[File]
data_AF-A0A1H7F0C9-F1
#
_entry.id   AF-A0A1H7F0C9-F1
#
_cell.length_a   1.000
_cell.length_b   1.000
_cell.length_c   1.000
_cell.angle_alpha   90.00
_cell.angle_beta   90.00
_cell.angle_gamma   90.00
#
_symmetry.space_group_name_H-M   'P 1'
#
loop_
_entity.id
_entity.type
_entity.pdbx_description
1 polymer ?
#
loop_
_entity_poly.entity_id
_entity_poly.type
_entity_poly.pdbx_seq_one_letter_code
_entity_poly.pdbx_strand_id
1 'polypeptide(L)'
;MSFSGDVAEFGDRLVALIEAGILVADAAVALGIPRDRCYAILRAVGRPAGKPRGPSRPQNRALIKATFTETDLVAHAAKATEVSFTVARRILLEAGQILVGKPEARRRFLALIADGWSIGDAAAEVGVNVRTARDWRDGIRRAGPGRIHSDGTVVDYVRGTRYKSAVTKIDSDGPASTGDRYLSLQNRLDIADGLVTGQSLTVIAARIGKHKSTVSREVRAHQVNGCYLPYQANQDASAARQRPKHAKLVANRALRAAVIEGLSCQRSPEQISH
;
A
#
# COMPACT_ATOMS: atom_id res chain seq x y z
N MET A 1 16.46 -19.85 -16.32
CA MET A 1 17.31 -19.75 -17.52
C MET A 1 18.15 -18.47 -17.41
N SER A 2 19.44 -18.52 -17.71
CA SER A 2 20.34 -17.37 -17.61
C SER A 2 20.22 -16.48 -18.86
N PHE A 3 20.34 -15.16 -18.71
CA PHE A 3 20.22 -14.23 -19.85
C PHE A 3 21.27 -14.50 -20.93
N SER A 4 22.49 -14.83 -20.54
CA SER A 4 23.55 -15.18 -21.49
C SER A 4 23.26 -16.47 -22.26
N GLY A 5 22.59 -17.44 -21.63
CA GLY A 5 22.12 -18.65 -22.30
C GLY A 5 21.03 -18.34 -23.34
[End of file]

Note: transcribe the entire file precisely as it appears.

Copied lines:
data_AF-A0A1H7F0C9-F1
#
_entry.id   AF-A0A1H7F0C9-F1
#
_cell.length_a   1.000
_cell.length_b   1.000
_cell.length_c   1.000
_cell.angle_alpha   90.00
_cell.angle_beta   90.00
_cell.angle_gamma   90.00
#
_symmetry.space_group_name_H-M   'P 1'
#
loop_
_entity.id
_entity.type
_entity.pdbx_description
1 polymer ?
#
loop_
_entity_poly.entity_id
_entity_poly.type
_entity_poly.pdbx_seq_one_letter_code
_entity_poly.pdbx_strand_id
1 'polypeptide(L)'
;MSFSGDVAEFGDRLVALIEAGILVADAAVALGIPRDRCYAILRAVGRPAGKPRGPSRPQNRALIKATFTETDLVAHAAKATEVSFTVARRILLEAGQILVGKPEARRRFLALIADGWSIGDAAAEVGVNVRTARDWRDGIRRAGPGRIHSDGTVVDYVRGTRYKSAVTKIDSDGPASTGDRYLSLQNRLDIADGLVTGQSLTVIAARIGKHKSTVSREVRAHQVNGCYLPYQANQDASAARQRPKHAKLVANRALRAAVIEGLSCQRSPEQISH
;
A
#
# COMPACT_ATOMS: atom_id res chain seq x y z
N MET A 1 16.46 -19.85 -16.32
CA MET A 1 17.31 -19.75 -17.52
C MET A 1 18.15 -18.47 -17.41
N SER A 2 19.44 -18.52 -17.71
CA SER A 2 20.34 -17.37 -17.61
C SER A 2 20.22 -16.48 -18.86
N PHE A 3 20.34 -15.16 -18.71
CA PHE A 3 20.22 -14.23 -19.85
C PHE A 3 21.27 -14.50 -20.93
N SER A 4 22.49 -14.83 -20.54
CA SER A 4 23.55 -15.18 -21.49
C SER A 4 23.26 -16.47 -22.26
N GLY A 5 22.59 -17.44 -21.63
CA GLY A 5 22.12 -18.65 -22.30
C GLY A 5 21.03 -18.34 -23.34